Belgian companies experiencing financial difficulties have access to a whole arsenal of safeguard measures to support the continuity of their business. On the one hand, you can sit down with your main creditors and/or potential new investors to discuss on a consensual basis possible measures (e.g., payment plan, new financing, etc.). On the other hand, your company can also apply to the court for protection against your creditors in the framework of so-called judicial reorganistaion proceedings (gerechtelijke reorganisatie / réorganisation judicaire). In both situations, ESG considerations are likely to come into the picture because these measures require most of the time the support of the company’s existing shareholders or creditors but also the support of new investors, lenders or potential buyer(s) who exercise an increasing scrutiny on ESG factors.
Out-of-court restructuring measures
A debtor can amicably discuss restructuring measures with its creditors or with (new) investors or lenders. As financial market players themselves are increasingly the subject of stricter scrutiny (including on ESG issues), it is not uncommon to see these potential money providers imposing on the debtor ESG covenants in their loan agreements, in particular in respect of the “governance” and “environmental” part of ESG. In addition, ESG factors are becoming increasingly important for lenders and investors when assessing the overall prospects and stability of a business. Performing well on ESG criteria may therefore ease access to funding for distressed debtors. In addition, obtaining the support from all other relevant stakeholders as well (such as suppliers, employees and customers) will be equally important to successfully restructure the business. If the business’ ESG values are in line with those of the stakeholders, obtaining their necessary support may prove easier.
Judicial reorganisation proceedings
The purpose of judicial reorganisation proceedings is to preserve, under court supervision, the continuity of a company in distress or its activities. It grants protection against existing creditors by allowing the company either to negotiate an amicable settlement or a collective reorganisation plan or by providing for a transfer of the company’s activities to a third party.
The protection of judicial reorganisation proceedings can only be obtained if the continuity of the company is threatened in the short or medium term. In practice, the court will also examine whether the business or activities can effectively be rescued. The court may, however, only assess marginally whether there is such reasonable prospect of continuity. In other words, only if it is manifestly clear that the business or activities cannot be saved will the court dismiss the application to open judicial reorganisation proceedings.
ESG considerations may play a role in the assessment of the court and we expect that the importance of these considarations will only increase in the future. For example, if the business case of a company would be contrary to the values and objectives underling ESG criteria in such a way that it is excluded that the activities can be continued in a viable manner in the future (e.g., because the business model is not in line with the development of ESG regulation), the question can rise whether the court could (or should) not refuse the company access to the restructuring tool of judicial reorganisation proceedings. An example that comes to mind is a car manufacturer who refuses to invest in the development of an electrical or hydrogen based car division. Making sure that your business case is viable as seen from the perspective of ESG criteria (including the EU Taxonomy Regulation’s list of sustainable activities) will increase the chances your company could successfully apply for the opening of judicial reorganisation proceedings and benefit from the creditor protection that comes with is.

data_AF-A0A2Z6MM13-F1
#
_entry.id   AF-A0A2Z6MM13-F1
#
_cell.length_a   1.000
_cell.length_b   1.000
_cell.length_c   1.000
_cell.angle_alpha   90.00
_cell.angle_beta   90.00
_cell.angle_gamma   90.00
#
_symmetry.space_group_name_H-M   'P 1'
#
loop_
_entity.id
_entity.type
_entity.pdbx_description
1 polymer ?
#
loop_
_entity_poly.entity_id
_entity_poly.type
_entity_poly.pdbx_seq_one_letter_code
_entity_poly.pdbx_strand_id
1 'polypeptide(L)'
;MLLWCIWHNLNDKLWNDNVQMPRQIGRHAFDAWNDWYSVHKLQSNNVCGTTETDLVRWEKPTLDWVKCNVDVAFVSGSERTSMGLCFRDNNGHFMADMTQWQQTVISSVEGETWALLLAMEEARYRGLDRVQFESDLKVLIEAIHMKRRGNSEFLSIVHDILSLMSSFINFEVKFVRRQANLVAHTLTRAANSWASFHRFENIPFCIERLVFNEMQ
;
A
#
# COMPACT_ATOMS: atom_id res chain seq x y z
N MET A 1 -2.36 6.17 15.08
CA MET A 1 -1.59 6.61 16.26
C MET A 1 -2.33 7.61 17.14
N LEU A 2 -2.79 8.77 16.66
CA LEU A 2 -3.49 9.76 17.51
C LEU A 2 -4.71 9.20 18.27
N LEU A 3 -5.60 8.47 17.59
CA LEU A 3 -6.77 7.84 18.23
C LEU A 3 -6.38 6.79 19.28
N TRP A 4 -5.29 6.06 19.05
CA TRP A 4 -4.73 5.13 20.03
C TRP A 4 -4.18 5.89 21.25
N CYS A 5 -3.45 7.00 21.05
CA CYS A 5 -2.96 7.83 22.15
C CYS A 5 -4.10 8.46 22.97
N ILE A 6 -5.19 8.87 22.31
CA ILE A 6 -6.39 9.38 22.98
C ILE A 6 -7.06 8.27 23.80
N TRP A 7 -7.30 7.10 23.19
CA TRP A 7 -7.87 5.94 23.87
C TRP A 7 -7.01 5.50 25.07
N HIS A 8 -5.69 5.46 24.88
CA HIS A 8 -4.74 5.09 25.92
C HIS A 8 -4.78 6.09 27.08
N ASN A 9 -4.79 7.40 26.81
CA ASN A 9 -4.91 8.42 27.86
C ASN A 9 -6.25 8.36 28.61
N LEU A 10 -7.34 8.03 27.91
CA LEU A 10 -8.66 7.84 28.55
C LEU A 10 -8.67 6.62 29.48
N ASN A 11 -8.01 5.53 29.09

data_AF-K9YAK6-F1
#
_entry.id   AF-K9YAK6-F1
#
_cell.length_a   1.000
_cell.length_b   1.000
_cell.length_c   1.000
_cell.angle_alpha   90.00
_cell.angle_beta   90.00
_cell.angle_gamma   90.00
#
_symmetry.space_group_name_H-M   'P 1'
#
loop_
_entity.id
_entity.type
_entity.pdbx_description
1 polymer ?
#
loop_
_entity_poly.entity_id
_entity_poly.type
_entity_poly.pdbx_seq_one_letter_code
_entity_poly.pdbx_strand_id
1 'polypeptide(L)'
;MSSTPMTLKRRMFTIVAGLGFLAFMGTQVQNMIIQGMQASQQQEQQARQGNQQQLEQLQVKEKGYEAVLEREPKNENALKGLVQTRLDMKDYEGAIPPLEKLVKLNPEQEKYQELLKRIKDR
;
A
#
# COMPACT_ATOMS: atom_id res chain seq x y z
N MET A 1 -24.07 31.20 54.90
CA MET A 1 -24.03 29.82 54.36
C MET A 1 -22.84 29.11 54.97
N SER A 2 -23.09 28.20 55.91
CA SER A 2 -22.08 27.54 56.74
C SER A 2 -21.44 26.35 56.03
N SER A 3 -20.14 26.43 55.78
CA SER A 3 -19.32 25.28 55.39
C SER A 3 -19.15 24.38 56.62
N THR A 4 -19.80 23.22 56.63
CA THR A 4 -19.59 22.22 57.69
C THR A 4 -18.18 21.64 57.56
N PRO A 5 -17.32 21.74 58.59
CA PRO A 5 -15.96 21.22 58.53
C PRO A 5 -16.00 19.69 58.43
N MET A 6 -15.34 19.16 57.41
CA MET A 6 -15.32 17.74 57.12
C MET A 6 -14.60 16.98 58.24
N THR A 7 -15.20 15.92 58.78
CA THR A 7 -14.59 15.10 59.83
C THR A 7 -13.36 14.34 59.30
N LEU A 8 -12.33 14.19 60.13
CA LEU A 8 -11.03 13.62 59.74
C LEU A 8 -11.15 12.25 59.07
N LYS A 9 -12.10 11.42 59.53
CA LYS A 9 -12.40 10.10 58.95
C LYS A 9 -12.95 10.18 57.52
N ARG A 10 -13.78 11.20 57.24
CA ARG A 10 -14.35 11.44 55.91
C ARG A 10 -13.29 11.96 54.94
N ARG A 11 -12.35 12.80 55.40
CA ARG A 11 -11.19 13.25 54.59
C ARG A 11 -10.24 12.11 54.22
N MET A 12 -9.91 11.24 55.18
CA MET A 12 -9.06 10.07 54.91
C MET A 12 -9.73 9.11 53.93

ESG considerations will also play a role throughout the course of judicial reorganisation proceedings. As discussed above new investors and in particular financial market players may impose strict ESG covenants as a condition to providing new financing. A potential buyer for all or part of the business is also likely to perform a due diligence with a focus on ESG compliance. In the event your company is already compliant on the ESG level (or actively working on getting there) that may facilite obtaining financing or transfering the activities to a third party.
Even though ESG issues are unlikely to play an all-decisive role in a business restructuring, there are nevertheless several ways in which they may impact the process or outcome. In particular, by making ESG issues a priority in your company, you may increase the likelihood of obtaining additional funding and necessary stakeholder support.
Should you require any assistance in the restructuring field, please contact us below.
Other articles in this series
- ESG litigation – the criminal angle of greenwashing? | Loyens & Loeff (loyensloeff.com)
- ESG considerations to restructure your business | Loyens & Loeff (loyensloeff.com)
- Sustainability considerations in B2C relationships | Loyens & Loeff (loyensloeff.com)
- Belgian temporary insolvency law measures protecting energy-intensive companies | Loyens & Loeff (loyensloeff.com)
- Trends in climate litigation | Loyens & Loeff (loyensloeff.com)
- Enforcing ESG obligations in supply contracts | Loyens & Loeff (loyensloeff.com)